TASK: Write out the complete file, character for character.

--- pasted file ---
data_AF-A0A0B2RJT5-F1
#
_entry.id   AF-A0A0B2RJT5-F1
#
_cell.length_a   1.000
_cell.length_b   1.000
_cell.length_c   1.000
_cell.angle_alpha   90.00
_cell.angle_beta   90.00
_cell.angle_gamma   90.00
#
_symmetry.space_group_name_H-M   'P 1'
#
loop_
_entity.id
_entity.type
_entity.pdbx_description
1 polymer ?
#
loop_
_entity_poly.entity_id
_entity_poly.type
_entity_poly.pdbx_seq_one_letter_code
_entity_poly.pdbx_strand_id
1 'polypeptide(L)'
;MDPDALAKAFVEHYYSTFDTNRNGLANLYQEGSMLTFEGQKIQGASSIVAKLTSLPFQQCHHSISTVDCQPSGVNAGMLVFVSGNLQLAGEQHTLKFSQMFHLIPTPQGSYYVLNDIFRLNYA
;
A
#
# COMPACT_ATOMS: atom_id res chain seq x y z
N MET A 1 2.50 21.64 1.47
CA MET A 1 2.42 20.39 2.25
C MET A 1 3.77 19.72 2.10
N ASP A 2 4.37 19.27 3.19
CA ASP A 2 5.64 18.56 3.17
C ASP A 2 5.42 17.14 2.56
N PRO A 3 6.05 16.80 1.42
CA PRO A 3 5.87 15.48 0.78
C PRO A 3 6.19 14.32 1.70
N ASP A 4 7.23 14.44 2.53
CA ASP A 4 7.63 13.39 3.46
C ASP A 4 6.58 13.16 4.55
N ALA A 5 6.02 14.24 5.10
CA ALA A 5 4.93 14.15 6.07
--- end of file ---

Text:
data_AF-A0A0B2RJT5-F1
#
_entry.id   AF-A0A0B2RJT5-F1
#
_cell.length_a   1.000
_cell.length_b   1.000
_cell.length_c   1.000
_cell.angle_alpha   90.00
_cell.angle_beta   90.00
_cell.angle_gamma   90.00
#
_symmetry.space_group_name_H-M   'P 1'
#
loop_
_entity.id
_entity.type
_entity.pdbx_description
1 polymer ?
#
loop_
_entity_poly.entity_id
_entity_poly.type
_entity_poly.pdbx_seq_one_letter_code
_entity_poly.pdbx_strand_id
1 'polypeptide(L)'
;MDPDALAKAFVEHYYSTFDTNRNGLANLYQEGSMLTFEGQKIQGASSIVAKLTSLPFQQCHHSISTVDCQPSGVNAGMLVFVSGNLQLAGEQHTLKFSQMFHLIPTPQGSYYVLNDIFRLNYA
;
A
#
# COMPACT_ATOMS: atom_id res chain seq x y z
N MET A 1 2.50 21.64 1.47
CA MET A 1 2.42 20.39 2.25
C MET A 1 3.77 19.72 2.10
N ASP A 2 4.37 19.27 3.19
CA ASP A 2 5.64 18.56 3.17
C ASP A 2 5.42 17.14 2.56
N PRO A 3 6.05 16.80 1.42
CA PRO A 3 5.87 15.48 0.78
C PRO A 3 6.19 14.32 1.70
N ASP A 4 7.23 14.44 2.53
CA ASP A 4 7.63 13.39 3.46
C ASP A 4 6.58 13.16 4.55
N ALA A 5 6.02 14.24 5.10
CA ALA A 5 4.93 14.15 6.07